Cracking open the Nabaztag Wi-Fi rabbit
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Nabaztag - the Wi-Fi Rabbit
ntLast year, as part of our roundup of desktop toys that could potentially make good gifts for the holidays, I had the opportunity to test and review the Nabaztag Wi-Fi rabbit. The basic idea of this cute little device was that it would flash lights, wiggle its ears, and talk to you when you received an e-mail. In other words, a totally useless device designed for people with more discretionary income then sense. It cost around $150 and I panned it with little mercy.
ntHowever, I was intrigued by the idea of what was inside this silly rabbit electronic device. So after putting it off for too long, and at the urging of Cracking Open editor Cara Reynolds, I got out my tools and cracked open the Nabaztag to see what technology lay inside. There were a few surprises.
Nabaztag in its natural state
The Nabaztag spends about 90 percent of its time looking like this.
You've got mail
The other 10 percent, it looks like this – message incoming.
First the ears
The first and easiest thing to remove are the ears. They are attached via magnets to the rest of the body.
In an effort to keep us away from the inside of the device, the Nabaztag engineers used security screws which have a triangle head. This is a common security screw on electronic devices. In fact, Content Manager at TechRepublic, Bill Detwiler, purchased a special, double-secret probation, Tri-Wing screw driver for his Cracking Open of the Nintendo Wii. So the two screws on the bottom of the Nabaztag were easy pickings.
The top is off
A first look at the inside. There are a lot of electronic doo-dads crammed into a small space.
The Nabaztag uses standard LEDs to make its light show, but it increases the volume of the light emitted with plastic cones.
A light show
Think back to light show that occurs for an incoming message.
A close look at the LEDs and the cones that enhance the light.
The Nabaztag takes its light show seriously.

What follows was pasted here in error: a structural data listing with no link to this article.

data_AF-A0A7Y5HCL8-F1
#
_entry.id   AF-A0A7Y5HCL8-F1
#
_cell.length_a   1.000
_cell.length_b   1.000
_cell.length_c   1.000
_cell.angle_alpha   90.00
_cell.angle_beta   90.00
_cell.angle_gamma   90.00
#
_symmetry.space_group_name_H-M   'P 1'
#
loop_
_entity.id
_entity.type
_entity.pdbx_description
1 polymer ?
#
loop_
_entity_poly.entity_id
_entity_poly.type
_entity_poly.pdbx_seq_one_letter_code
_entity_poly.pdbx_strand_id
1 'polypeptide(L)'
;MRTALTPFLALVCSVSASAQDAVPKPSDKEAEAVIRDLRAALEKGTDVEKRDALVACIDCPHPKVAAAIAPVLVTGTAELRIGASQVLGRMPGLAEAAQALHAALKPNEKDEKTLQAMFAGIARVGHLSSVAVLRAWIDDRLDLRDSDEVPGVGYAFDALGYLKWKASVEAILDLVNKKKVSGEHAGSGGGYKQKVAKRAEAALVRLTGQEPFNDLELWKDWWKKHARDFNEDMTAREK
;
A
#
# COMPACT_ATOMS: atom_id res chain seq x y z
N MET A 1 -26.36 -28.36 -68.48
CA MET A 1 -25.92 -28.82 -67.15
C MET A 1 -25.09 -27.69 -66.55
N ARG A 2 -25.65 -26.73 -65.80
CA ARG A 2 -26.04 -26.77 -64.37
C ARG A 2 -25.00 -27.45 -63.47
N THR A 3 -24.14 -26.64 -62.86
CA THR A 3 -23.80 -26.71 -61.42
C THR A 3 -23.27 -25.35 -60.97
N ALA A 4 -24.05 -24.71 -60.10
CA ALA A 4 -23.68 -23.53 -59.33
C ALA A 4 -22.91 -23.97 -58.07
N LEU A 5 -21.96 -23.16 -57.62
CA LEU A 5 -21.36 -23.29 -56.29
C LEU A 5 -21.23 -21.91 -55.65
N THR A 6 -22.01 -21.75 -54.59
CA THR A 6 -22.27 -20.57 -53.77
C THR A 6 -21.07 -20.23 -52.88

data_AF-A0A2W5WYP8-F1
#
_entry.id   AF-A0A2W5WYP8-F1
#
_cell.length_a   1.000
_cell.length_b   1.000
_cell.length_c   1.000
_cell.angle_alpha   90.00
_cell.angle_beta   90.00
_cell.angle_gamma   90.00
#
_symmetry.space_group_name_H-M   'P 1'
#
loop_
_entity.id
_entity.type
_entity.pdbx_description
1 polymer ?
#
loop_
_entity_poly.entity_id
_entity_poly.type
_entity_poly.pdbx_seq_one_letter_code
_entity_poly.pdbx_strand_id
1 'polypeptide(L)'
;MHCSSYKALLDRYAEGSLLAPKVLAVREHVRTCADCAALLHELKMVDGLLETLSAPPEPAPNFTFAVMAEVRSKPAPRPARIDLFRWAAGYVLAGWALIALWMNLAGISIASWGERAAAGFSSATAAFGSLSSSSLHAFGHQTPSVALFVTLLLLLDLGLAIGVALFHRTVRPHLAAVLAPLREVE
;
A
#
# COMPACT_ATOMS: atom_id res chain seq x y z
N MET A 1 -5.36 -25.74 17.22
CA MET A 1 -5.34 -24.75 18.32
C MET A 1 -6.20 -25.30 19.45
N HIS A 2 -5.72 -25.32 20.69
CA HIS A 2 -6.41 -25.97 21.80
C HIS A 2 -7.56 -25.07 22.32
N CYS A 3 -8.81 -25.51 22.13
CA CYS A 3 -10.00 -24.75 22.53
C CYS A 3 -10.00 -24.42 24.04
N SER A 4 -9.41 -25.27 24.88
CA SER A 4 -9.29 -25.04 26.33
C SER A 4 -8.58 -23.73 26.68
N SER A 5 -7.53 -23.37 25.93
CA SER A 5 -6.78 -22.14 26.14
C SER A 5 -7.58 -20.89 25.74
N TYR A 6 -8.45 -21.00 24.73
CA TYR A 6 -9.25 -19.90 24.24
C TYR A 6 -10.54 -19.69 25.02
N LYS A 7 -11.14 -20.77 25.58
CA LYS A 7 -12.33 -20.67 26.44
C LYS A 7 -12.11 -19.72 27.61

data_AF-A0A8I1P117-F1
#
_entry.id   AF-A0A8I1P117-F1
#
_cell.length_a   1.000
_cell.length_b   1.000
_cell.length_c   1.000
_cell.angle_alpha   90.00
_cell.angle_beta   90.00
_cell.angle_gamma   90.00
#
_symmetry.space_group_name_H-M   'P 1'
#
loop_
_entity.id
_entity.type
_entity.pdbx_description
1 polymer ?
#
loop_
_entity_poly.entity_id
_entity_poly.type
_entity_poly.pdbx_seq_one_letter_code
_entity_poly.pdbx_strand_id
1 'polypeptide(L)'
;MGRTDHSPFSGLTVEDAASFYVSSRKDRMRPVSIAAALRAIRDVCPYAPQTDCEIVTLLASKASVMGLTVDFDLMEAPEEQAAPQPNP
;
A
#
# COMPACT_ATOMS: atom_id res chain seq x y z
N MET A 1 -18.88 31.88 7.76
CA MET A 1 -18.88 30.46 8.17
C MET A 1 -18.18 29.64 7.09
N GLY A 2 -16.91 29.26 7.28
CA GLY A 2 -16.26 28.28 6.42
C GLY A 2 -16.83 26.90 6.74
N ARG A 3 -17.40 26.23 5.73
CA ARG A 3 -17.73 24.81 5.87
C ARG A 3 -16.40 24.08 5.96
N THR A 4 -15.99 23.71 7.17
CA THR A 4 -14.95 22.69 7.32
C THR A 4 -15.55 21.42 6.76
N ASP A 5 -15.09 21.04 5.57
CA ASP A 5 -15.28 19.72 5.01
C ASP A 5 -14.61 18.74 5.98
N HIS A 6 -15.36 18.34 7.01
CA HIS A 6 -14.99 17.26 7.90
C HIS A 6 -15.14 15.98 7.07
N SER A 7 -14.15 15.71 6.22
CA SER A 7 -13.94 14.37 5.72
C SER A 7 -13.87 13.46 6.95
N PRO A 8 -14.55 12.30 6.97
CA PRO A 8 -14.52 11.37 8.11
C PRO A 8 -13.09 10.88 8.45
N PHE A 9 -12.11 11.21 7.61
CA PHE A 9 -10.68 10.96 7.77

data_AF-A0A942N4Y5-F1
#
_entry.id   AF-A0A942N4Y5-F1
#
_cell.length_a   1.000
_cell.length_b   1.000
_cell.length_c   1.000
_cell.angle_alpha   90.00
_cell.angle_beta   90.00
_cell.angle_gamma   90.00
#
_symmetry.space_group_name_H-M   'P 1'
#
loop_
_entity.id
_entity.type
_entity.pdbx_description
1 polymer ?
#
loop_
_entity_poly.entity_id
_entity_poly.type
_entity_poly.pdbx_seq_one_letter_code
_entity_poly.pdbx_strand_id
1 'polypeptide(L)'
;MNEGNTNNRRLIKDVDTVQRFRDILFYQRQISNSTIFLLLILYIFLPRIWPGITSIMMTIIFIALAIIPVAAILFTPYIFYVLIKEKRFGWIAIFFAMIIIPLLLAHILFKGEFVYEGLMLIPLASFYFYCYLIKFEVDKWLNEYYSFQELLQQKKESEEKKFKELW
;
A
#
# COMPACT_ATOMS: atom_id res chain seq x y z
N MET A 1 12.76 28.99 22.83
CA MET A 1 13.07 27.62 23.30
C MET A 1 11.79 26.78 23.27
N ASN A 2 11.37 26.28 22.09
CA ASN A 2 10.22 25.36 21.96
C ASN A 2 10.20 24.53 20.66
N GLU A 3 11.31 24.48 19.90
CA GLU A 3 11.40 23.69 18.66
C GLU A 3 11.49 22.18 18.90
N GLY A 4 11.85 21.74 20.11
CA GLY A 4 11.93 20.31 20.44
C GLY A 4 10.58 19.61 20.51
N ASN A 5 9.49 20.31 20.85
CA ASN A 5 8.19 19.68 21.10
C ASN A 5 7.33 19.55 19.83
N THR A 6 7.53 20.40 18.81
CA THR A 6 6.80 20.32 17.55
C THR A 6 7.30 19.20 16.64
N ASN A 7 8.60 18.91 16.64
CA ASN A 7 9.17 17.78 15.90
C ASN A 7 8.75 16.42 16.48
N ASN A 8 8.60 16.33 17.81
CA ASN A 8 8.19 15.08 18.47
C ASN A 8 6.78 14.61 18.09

Lower power connection.
More power connections and the control connection for the Nabaztag’s ear motors.
While definitely not top of the line, this single speaker does put out enough sound to be annoying to your co-workers, family, and/or roommate.
The ears are controlled separately so they can move independently.
Wires to no where
Notice the two wires that go no where. Is stereo going to be available in Nabaztag 2.0?
Unlike many of the electronic devices I have cracked open recently, the Nabaztag does not seem to make a big deal about the power coming in. The transformer is at the wall plug, but there are no huge capacitors or much other protective circuitry.
No on / off
The other switch on the back of the Nabaztag controls the sound volume. There is no on / off switch. It is on as soon as you plug it in. You can only turn it off by unplugging it – a state of being for the Nabaztag I would recommend.
Look a PCMCIA card
One of the mysteries about the Nabaztag is revealed. The Wi-Fi feature is provided by a standard PCMCIA Wireless LAN card.
Wireless access denied
Much of the Nabaztag electronics are there to support the PCMCIA WLAN card.
The card included with the Nabaztag seems pretty ordinary. I wonder if it could handle a MIMO card?
Direct-sequence spread spectrum
Well, we have more information now. The Nabaztag is using direct-sequence spread spectrum technology.
Gears for the ears
Not exactly direct drive, the movement of the ears is driven by two electric motors and this intricate gear system.
The red arrow marks what is essentially a floating gear that sits between the drive shaft off of the motor and the gear system that moves each ear. Take it from me, this was not easy to put back together in working order.
Back at work
But I did get it back in working order after struggling with it for longer than I wanted. I wasn’t going to let the Nabaztag beat me.
In case I have not make it clear, I find the Nabaztag to be a complete waste of money and time, but it did make for a good cracking open gallery.